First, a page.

In the pursuit of surveillance as a service, Jeff Bezos is intent on recording even our moods. How much personal data is too much to give to Amazon?
Here’s a tip: Don’t get into a car with your family and tell everyone that Jeff Bezos is listening through the device on your wrist.
“He’s going to blackmail you,” my wife joked.
“That’s creepy,” my nephew said.
My younger teenage son was more clear, telling me to turn it off right away. He was the most perturbed — and correctly so — by my testing of Amazon’s new health and wellness tracker, called Halo.
My family’s reaction was no surprise. A few years ago, my older son showed his wariness of the surveillance capabilities of tech companies: He went around our new house unplugging all of the Google Nest devices, even though his other mom had been a top Google executive.
With Halo, I was working my family’s nerves, especially because of its opt-in feature that uses a microphone and machine learning to analyze the user’s voice, giving insight into how people perceive the user’s tone. In simple terms, along with my sleep and steps, the device can see my halo, as well as my horns, recording my amusement and anger and joy and irritation.
Halo is Amazon’s attempt to compete with the Apple Watch and Google (which is awaiting approval of its acquisition of Fitbit) in the health-tracking arena. I got on the wait list for it as soon as it was introduced in the summer, and it arrived on Halloween. I strapped on the attractive band and turned on all the intrusive bells and whistles, which Amazon had trumpeted as good for me.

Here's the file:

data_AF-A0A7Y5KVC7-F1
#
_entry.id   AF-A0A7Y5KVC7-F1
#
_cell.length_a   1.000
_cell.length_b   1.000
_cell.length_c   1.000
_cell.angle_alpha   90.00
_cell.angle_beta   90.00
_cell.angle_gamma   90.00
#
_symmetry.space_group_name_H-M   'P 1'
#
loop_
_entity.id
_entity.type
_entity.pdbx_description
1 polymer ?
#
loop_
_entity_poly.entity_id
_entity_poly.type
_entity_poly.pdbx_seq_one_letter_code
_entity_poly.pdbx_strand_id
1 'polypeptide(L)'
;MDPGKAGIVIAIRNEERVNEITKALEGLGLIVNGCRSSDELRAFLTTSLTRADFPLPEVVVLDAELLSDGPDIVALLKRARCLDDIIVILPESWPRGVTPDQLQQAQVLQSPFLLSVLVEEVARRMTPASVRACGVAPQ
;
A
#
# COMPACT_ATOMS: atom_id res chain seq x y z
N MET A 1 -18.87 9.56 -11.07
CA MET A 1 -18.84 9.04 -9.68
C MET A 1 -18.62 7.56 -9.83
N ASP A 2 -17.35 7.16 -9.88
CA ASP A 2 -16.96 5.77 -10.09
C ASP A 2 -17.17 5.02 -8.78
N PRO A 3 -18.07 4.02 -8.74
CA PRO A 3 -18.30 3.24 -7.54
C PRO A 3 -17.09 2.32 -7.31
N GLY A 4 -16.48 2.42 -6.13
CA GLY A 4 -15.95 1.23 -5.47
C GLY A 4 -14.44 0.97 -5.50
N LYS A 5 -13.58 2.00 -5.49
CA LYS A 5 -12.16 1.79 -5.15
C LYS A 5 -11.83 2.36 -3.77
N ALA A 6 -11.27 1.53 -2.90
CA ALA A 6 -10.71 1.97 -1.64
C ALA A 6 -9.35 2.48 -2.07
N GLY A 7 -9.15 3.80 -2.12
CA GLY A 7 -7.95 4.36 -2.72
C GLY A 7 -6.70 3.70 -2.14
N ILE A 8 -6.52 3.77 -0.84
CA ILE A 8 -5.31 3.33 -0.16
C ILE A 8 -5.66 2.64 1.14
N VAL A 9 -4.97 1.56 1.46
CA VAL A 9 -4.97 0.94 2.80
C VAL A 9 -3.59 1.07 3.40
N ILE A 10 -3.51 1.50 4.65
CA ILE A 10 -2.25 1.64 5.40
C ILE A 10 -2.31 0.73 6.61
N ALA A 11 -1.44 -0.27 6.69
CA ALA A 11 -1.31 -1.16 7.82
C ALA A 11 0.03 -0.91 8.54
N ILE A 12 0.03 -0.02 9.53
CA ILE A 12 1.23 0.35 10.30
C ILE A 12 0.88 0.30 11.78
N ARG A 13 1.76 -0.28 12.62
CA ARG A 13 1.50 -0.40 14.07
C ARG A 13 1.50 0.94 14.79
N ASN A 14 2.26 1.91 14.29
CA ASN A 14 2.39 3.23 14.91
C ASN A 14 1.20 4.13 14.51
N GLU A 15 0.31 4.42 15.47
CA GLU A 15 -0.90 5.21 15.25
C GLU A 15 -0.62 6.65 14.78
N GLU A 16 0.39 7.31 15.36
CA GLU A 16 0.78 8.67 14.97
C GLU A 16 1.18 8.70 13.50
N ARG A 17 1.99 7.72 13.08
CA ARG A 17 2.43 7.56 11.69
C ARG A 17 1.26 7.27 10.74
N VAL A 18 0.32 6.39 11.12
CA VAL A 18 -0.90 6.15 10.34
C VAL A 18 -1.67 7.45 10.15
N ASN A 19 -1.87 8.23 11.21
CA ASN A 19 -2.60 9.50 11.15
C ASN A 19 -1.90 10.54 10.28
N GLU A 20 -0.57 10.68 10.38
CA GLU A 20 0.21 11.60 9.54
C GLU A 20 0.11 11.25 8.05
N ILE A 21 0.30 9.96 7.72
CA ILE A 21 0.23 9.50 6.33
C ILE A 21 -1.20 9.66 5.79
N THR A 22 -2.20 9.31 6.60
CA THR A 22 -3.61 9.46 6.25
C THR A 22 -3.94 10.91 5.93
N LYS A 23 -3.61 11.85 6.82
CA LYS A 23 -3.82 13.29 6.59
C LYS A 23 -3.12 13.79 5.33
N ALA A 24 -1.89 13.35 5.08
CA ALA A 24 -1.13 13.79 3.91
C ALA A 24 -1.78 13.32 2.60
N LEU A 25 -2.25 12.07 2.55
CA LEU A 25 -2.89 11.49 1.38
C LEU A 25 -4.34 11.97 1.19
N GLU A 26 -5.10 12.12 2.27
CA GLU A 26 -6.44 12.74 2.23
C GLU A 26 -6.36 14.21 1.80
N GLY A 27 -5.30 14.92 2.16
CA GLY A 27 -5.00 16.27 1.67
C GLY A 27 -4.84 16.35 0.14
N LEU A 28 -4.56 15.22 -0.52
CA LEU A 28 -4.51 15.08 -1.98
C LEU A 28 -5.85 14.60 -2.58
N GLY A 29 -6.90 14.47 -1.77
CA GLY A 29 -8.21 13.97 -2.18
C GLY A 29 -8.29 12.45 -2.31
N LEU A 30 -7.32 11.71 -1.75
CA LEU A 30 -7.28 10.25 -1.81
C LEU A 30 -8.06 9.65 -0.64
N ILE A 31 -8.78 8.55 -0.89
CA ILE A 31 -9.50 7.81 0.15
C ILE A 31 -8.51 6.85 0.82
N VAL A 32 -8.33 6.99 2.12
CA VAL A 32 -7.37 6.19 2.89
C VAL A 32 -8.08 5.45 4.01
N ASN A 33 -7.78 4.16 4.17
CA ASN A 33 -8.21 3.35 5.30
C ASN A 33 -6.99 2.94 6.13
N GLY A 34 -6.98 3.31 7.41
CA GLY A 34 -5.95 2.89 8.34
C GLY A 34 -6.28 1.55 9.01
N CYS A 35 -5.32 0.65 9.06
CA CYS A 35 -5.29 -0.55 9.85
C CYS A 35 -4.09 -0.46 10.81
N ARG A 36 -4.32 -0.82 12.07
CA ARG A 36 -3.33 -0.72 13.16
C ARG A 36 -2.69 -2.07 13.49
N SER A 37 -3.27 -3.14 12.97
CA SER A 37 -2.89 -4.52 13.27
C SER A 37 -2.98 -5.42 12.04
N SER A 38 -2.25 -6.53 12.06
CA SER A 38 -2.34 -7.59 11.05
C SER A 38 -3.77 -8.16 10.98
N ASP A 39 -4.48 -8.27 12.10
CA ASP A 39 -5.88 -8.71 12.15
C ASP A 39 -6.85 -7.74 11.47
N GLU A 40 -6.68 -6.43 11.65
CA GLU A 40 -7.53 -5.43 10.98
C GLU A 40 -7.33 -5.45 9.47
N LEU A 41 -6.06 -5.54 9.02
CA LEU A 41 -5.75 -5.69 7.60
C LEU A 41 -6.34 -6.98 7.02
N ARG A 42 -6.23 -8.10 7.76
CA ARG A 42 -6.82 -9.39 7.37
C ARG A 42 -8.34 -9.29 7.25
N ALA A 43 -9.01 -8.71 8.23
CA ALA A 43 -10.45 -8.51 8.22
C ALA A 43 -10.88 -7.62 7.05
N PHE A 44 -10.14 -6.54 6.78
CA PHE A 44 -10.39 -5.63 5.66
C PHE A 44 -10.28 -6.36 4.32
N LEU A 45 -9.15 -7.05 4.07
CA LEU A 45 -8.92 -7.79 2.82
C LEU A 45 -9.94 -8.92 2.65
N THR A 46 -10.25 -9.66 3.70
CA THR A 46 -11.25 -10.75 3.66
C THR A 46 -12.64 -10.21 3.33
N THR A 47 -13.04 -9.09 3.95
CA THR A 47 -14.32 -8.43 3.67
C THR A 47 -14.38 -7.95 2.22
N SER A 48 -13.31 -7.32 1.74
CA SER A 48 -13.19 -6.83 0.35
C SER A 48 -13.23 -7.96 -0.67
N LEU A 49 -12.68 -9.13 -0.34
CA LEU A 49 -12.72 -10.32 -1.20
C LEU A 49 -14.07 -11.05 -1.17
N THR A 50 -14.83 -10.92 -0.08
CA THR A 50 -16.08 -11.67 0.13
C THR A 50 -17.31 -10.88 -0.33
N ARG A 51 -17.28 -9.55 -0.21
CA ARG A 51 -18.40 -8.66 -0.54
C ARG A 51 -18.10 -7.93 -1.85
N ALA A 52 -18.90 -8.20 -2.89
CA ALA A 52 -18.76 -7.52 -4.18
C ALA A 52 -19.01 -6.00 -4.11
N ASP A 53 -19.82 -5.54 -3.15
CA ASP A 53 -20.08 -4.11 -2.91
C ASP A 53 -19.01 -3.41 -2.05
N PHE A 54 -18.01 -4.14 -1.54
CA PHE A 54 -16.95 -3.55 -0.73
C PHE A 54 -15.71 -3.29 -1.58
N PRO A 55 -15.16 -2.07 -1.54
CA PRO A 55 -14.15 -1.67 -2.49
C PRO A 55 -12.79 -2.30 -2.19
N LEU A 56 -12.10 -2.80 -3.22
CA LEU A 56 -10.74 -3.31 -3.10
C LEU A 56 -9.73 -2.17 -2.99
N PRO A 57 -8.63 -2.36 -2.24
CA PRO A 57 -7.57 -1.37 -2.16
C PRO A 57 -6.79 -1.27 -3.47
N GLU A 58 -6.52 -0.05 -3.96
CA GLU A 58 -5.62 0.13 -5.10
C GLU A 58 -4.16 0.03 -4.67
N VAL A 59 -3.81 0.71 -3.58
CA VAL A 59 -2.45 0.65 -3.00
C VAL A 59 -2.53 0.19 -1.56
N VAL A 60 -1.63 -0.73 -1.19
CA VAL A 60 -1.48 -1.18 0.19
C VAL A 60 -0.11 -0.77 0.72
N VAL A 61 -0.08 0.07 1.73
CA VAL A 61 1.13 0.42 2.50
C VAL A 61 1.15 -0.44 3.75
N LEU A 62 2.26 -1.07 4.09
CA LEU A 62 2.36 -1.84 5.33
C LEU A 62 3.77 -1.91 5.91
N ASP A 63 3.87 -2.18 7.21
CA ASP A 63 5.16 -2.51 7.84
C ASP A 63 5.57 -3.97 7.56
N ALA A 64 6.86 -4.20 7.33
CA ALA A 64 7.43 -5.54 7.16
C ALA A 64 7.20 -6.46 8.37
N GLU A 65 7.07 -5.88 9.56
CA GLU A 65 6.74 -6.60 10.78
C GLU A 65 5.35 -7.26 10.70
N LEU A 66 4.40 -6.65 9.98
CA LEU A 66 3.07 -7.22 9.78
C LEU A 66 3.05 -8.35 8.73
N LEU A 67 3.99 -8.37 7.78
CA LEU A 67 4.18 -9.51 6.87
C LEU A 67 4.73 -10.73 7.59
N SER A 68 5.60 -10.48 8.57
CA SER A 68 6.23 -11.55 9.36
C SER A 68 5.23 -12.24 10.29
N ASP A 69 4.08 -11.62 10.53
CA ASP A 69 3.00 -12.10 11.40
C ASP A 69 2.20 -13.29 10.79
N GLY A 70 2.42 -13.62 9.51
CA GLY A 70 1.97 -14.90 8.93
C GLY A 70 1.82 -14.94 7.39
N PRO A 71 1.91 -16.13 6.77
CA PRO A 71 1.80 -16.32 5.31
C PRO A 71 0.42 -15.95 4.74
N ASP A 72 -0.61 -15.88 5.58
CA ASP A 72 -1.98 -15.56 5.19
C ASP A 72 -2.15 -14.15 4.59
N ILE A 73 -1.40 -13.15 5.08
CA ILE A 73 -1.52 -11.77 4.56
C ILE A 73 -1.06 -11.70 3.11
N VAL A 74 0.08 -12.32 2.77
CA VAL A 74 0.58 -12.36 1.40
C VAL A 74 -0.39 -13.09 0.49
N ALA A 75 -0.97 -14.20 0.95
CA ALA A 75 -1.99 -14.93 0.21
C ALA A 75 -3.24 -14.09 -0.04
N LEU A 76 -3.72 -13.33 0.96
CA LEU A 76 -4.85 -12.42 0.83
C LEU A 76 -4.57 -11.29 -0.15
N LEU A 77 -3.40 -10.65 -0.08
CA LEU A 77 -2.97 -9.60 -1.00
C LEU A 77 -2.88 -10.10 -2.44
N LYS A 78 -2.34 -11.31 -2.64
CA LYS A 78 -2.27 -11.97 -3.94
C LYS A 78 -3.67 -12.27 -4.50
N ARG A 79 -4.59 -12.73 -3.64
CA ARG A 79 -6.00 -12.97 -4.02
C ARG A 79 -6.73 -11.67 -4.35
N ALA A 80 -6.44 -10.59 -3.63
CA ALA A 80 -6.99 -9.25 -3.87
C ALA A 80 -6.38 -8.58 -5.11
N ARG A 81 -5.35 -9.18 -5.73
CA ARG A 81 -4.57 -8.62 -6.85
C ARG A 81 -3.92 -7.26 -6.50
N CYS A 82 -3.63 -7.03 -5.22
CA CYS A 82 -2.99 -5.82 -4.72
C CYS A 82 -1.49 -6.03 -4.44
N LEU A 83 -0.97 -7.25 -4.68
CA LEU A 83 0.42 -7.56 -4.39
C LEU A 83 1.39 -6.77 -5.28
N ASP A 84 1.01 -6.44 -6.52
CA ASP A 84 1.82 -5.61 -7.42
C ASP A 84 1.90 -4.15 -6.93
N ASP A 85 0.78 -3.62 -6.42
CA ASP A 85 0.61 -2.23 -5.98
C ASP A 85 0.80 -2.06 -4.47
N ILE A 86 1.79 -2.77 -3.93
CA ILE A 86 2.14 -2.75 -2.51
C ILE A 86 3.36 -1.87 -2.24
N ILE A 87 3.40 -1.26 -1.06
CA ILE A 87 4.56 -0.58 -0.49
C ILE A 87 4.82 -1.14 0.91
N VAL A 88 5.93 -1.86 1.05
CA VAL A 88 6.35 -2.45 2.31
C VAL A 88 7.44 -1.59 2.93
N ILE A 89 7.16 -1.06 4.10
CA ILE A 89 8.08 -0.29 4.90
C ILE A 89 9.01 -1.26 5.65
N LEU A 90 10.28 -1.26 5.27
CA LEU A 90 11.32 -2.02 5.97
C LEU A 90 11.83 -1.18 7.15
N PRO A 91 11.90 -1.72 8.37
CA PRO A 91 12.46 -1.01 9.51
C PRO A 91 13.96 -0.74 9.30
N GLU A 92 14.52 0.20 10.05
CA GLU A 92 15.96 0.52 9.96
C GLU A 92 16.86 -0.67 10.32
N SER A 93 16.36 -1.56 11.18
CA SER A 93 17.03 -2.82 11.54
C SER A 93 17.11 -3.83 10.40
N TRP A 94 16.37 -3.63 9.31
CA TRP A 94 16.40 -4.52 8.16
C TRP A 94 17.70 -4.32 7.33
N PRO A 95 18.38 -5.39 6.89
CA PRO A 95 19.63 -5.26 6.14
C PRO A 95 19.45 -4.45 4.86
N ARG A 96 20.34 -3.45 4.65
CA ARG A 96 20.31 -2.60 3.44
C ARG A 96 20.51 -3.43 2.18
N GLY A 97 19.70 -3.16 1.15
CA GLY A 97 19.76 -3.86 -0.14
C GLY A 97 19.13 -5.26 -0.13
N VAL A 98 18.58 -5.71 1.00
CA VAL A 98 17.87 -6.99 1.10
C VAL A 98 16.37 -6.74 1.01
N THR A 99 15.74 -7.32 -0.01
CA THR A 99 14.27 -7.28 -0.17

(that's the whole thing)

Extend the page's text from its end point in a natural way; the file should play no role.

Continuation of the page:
That first day a vexed emoji told me I was “stern” or “discouraged” for 16 percent of the day. “You had one phrase that sounded restrained and sad” for 1.6 seconds at 12:30 p.m., it reported, although I have no idea what that phrase could have been. But 8 percent of the day, including for 14.4 seconds at exactly 11:41:41 a.m., I was “satisfied,” with “two phrases that sounded satisfied, delightful or appreciative.” Later, for 1.2 seconds at 7:18:30 p.m., I was “afraid, panicked or overwhelmed.”
Yipes. Was I? Maybe so and Amazon knew it, which definitely scared me. Still, I left it on, even though I keep my Alexa-powered Echo devices unplugged until I might need them. I wanted to see exactly what Amazon is capable of doing with this new wearable.
The company has been on an endless quest for information about me (and you, too). The device widens the reach of the company’s personal-data grab, adding a user’s body tone and a body-fat analysis to the information it vacuums up, which required photos of me in as pared down a state of dress as possible.
“You have to send Jeff Bezos nudes?” my wife asked, ever more concerned by Halo. Not exactly, I replied, even though it works best with form-fitting clothing rather than my typically baggy ensemble.
She was not assuaged, even though she, too, had fallen into the Amazon vortex during the pandemic, after the birth of our baby last year. Being a new mom pushed her from being a Never Amazoner to being a regular user of its home delivery services. “I hate myself for this,” she said many times, like when the giant box of diapers arrived on our doorstep.